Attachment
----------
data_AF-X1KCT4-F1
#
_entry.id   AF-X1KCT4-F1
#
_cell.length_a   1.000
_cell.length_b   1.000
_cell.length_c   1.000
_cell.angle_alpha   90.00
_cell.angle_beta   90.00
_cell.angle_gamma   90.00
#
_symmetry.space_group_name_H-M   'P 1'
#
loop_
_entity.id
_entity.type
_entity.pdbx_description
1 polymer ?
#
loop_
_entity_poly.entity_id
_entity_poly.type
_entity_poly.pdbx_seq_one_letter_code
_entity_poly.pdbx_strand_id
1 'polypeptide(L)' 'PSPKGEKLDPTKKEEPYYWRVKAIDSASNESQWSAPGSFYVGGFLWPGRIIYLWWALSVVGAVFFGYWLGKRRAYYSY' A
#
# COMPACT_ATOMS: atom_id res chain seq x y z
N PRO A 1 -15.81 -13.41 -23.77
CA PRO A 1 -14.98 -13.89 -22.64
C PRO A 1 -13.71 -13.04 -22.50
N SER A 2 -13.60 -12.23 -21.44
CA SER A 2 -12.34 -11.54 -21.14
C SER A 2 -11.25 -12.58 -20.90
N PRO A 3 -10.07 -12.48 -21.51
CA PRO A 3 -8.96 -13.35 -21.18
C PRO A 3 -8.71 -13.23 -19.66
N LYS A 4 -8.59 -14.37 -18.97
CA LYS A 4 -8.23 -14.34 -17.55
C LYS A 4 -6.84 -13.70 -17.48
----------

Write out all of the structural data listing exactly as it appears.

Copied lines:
data_AF-X1KCT4-F1
#
_entry.id   AF-X1KCT4-F1
#
_cell.length_a   1.000
_cell.length_b   1.000
_cell.length_c   1.000
_cell.angle_alpha   90.00
_cell.angle_beta   90.00
_cell.angle_gamma   90.00
#
_symmetry.space_group_name_H-M   'P 1'
#
loop_
_entity.id
_entity.type
_entity.pdbx_description
1 polymer ?
#
loop_
_entity_poly.entity_id
_entity_poly.type
_entity_poly.pdbx_seq_one_letter_code
_entity_poly.pdbx_strand_id
1 'polypeptide(L)' 'PSPKGEKLDPTKKEEPYYWRVKAIDSASNESQWSAPGSFYVGGFLWPGRIIYLWWALSVVGAVFFGYWLGKRRAYYSY' A
#
# COMPACT_ATOMS: atom_id res chain seq x y z
N PRO A 1 -15.81 -13.41 -23.77
CA PRO A 1 -14.98 -13.89 -22.64
C PRO A 1 -13.71 -13.04 -22.50
N SER A 2 -13.60 -12.23 -21.44
CA SER A 2 -12.34 -11.54 -21.14
C SER A 2 -11.25 -12.58 -20.90
N PRO A 3 -10.07 -12.48 -21.51
CA PRO A 3 -8.96 -13.35 -21.18
C PRO A 3 -8.71 -13.23 -19.66
N LYS A 4 -8.59 -14.37 -18.97
CA LYS A 4 -8.23 -14.34 -17.55
C LYS A 4 -6.84 -13.70 -17.48